Despite 30 years of repression that have hit writers unusually hard, Sudanese literature remains vigorous. Here is some of the best available in English
I was lucky to grow up in Khartoum in a house filled with books, at a time when Sudan’s public libraries flourished. One of the most startling discoveries I made as a child of about 13 was finding a couple of Tayeb Salih’s books on a shelf at home. Until that moment, I thought literature was something that took place elsewhere – in Dickens’s England or the Latin America of Borges, say. But here were stories that described the world right outside our front door. It was a moment of revelation and stirred the idea that it was possible to write.
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Hello, Brother – named after a victim’s last words – was announced at Cannes film festival by Egyptian director Moez Masoud
A film about the Christchurch mosque shootings, in which 51 people died, is to be directed by Egyptian film-maker and academic Moez Masoud.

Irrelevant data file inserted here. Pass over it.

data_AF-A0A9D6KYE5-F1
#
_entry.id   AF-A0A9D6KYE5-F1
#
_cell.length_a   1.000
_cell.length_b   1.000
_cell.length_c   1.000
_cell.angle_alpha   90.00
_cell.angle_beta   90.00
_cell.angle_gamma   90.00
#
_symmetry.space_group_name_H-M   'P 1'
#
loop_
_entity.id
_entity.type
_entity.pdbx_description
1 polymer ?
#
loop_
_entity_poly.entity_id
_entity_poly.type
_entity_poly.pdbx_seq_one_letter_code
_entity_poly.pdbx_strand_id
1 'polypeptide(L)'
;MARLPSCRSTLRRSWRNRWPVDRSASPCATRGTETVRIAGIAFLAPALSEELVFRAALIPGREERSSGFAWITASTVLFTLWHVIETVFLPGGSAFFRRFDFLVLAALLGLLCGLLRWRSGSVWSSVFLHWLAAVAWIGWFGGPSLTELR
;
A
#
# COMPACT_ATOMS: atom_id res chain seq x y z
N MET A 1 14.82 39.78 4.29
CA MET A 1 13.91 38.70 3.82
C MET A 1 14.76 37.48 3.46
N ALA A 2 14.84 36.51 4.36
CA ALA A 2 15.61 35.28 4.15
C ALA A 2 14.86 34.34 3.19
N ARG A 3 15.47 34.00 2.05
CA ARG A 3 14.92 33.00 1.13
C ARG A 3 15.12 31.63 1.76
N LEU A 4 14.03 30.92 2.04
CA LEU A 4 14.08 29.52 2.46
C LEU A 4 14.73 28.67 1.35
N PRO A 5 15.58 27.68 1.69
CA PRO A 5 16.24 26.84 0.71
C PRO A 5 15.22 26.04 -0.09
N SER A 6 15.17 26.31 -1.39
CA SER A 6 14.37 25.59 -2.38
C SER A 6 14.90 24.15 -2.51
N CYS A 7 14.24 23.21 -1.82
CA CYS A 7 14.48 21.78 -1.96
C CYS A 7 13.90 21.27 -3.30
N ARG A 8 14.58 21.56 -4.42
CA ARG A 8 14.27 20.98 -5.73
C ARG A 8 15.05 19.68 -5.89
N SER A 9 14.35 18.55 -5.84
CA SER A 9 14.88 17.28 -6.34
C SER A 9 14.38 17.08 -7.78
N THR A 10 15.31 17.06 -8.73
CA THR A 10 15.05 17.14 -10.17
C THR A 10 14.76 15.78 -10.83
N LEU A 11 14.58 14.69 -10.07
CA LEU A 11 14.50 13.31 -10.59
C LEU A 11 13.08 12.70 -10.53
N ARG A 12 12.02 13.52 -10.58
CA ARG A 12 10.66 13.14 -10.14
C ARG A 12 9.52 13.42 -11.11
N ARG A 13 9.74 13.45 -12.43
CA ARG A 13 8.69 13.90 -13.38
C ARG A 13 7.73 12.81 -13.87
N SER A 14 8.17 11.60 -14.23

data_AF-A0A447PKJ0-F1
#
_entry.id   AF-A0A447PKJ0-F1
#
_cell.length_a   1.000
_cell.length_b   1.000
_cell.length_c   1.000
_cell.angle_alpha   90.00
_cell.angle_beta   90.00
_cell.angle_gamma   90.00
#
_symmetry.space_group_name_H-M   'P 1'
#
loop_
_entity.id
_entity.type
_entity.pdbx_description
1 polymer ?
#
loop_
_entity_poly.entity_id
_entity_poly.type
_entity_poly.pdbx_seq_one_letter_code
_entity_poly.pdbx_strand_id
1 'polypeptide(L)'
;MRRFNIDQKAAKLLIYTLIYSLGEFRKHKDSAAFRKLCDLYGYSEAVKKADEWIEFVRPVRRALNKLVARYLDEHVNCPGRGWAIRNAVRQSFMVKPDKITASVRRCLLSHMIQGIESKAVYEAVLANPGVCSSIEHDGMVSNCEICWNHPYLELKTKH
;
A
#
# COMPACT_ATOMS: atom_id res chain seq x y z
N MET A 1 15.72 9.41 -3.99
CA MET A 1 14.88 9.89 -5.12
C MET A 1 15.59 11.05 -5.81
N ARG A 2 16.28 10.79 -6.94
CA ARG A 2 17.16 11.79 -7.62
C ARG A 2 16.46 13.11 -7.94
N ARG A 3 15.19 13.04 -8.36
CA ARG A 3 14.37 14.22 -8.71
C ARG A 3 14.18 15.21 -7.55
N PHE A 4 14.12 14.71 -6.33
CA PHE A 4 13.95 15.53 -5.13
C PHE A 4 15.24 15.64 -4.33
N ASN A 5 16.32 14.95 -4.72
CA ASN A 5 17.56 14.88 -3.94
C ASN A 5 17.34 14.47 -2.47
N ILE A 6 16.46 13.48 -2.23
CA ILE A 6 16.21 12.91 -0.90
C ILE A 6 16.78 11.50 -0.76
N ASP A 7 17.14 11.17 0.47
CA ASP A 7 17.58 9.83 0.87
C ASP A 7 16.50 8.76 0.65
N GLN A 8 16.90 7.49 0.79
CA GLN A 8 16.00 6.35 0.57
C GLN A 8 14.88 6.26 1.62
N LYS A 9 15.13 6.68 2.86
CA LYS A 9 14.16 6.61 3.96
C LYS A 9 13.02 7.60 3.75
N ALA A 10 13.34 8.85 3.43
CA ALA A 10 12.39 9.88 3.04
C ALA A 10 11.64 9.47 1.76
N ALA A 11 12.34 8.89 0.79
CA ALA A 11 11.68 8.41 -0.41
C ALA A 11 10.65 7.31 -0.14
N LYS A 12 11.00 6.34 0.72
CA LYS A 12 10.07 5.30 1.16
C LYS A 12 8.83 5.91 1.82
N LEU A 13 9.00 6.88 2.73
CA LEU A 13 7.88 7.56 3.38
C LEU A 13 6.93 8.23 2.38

According to Variety the film’s title will be Hello, Brother, the words spoken by 71-year-old victim Hati Mohammed Daoud Nabi, who opened the door to the gunman of Al Noor mosque, where 42 people died. The central characters are “a family facing death and destruction in Afghanistan who escape with their lives”.
People in Butembo, where outbreak began, express anger over continued spread of virus and lack of community engagement
She knew of many people who contracted the virus. Most, she says, are dead.
In the rarely visited town of Gedeb, fears are rife over state plans to return 150,000 people to areas they fled because of ethnic violence
Last week, a car rolled through the town of Gedeb in southern Ethiopia, flanked by federal police. A local official made an announcement to roughly 150,000 people who, displaced from their homes, have sought sanctuary in makeshift camps in the town and across the surrounding farmland.
In two days’ time, they were told through a loudspeaker, their shelters – mostly built of firewood, banana leaves and the odd tarpaulin sheet – would be demolished. Food aid, medical treatment and other humanitarian assistance would soon stop.
More than 1,600 people infected in North Kivu province since outbreak began in August
An Ebola epidemic in a conflict-riven region of Democratic Republic of Congo is out of control and could become as serious as the outbreak that devastated three countries in west Africa between 2013 and 2016, experts and aid chiefs have warned.
New cases over the past month have increased at the fastest rate since the outbreak began last year, as aid agencies struggle to enact a public health response in areas that have suffered decades of neglect and conflict, with incredibly fragile health systems and regular outbreaks of deadly violence involving armed groups.